Advancing Wearable Technology for National Security: SMART ePANTS and the TALOS Initiative
“As a former weapons inspector myself,” Cagle recently shared with Homeland Security Today, “I understand how much handheld electronic devices can disrupt my situational awareness during inspections. In unfamiliar environments, I would prefer to have my hands free to grasp ladders and handrails securely, preventing any accidents, rather than being occupied with a device.”
SMART EPANTS is not the first instance of the national security community venturing into advanced wearable technology. In 2013, Admiral William McRaven, who was then in command of U.S. Special Operations Command, introduced the Tactical Assault Light Operator Suit, abbreviated as TALOS. This initiative aimed to create a powered exoskeleton ‘supersuit,’ reminiscent of the one worn by Matt Damon’s character in the sci-fi action movie “Elysium,” which was released that same year. The proposal also sparked comparisons to the suit worn by Iron Man, portrayed by Robert Downey Jr., in a series of blockbuster films that came out around the time TALOS was conceived.
Biometric Surveillance Advances and Private Industry Interest
The TALOS project concluded in 2019 without delivering a functional prototype, but not before accumulating expenditures of $80 million. Jacobsen emphasised the potential emergence of new forms of government biometric surveillance as IARPA embarks on the development of SMART ePANTS over the next three and a half years.
“They’re now in a position of serious authority over you. In TSA, they can swab your hands for explosives,” Jacobsen noted. “Now, envision a scenario where SMART ePANTS detects a chemical on your skin — consider the implications.” With existing consumer wearables capable of monitoring your heart rate, further advancements could lead to more invasive biometric tracking.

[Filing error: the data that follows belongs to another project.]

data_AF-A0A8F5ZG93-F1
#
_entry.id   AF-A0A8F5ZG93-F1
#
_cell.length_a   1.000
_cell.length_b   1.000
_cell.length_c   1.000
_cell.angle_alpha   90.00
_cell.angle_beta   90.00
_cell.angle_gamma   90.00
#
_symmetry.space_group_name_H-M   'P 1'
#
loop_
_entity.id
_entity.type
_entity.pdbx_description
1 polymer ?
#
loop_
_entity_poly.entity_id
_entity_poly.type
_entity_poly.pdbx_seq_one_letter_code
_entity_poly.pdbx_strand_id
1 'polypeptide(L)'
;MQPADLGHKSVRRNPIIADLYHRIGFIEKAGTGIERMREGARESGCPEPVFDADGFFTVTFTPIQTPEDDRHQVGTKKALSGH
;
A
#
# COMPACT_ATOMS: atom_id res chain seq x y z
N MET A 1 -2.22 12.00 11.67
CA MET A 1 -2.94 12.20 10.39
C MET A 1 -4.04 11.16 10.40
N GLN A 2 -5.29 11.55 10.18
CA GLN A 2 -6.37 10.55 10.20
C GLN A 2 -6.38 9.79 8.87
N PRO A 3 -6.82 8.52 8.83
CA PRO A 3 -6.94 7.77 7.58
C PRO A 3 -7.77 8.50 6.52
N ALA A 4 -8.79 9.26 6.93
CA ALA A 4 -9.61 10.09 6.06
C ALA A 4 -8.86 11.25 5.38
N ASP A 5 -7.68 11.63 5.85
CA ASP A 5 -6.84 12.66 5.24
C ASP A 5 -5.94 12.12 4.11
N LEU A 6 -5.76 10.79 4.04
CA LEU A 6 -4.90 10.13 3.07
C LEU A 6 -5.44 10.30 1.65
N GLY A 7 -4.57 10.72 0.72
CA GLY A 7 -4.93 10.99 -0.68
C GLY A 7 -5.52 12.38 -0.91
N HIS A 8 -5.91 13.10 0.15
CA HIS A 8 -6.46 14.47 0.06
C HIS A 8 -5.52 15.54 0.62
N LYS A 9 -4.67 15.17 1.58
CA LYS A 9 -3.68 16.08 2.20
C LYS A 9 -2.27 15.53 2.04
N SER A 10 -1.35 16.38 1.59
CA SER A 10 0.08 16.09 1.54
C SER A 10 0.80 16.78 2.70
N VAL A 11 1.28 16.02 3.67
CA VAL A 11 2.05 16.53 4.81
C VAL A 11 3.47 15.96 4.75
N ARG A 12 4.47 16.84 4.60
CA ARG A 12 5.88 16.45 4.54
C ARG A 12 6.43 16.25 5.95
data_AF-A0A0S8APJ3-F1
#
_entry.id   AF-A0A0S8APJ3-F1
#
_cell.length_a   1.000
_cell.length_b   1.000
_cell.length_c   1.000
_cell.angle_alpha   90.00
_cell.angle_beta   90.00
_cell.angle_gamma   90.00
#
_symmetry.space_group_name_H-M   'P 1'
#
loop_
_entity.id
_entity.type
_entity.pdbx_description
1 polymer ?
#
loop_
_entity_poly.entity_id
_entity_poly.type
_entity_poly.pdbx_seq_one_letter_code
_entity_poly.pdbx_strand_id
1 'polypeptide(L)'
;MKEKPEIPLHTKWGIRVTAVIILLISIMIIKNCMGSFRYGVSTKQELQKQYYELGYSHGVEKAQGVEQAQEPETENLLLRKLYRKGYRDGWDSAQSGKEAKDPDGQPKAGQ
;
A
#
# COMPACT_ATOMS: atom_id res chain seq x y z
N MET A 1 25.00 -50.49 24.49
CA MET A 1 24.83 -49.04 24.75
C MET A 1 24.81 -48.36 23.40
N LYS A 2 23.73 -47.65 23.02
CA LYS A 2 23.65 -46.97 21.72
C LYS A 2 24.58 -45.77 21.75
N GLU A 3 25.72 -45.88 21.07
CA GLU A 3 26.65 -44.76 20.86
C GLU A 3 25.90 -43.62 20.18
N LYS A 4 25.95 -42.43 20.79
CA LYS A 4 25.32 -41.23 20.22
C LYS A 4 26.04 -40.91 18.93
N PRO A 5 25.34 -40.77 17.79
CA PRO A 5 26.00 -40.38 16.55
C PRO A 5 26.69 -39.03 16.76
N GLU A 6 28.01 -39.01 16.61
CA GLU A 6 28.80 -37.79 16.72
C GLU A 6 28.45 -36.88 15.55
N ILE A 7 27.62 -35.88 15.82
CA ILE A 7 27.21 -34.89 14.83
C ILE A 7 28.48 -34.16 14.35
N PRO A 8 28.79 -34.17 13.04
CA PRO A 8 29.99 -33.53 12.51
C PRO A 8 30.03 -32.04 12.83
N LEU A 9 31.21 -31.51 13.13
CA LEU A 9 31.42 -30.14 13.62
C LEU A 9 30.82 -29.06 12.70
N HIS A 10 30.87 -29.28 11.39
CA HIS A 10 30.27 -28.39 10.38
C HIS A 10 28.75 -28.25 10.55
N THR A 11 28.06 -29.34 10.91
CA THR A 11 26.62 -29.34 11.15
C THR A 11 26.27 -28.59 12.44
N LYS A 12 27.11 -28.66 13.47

“IARPA programs are designed and executed in accordance with, and adhere to, strict civil liberties and privacy protection protocols. Further, IARPA performs civil liberties and privacy protection compliance reviews throughout our research efforts,” stated de Haay, the spokesperson.
There is clear evidence of private industry interest in smart clothing beyond the national security sector. Meta, the parent company of Facebook, is actively seeking a researcher who possesses extensive knowledge in smart textiles, garment construction, the integration of electronics into flexible systems, and the ability to collaborate with a team of researchers specializing in haptics, sensing, tracking, and materials science.
Should SMART ePANTS achieve success, it is likely to become a valuable tool within IARPA’s toolkit for developing the extensive intelligence, surveillance, and reconnaissance systems of the future,” explained Jacobsen. “Their objective is to gain a deeper understanding of individuals than ever before.”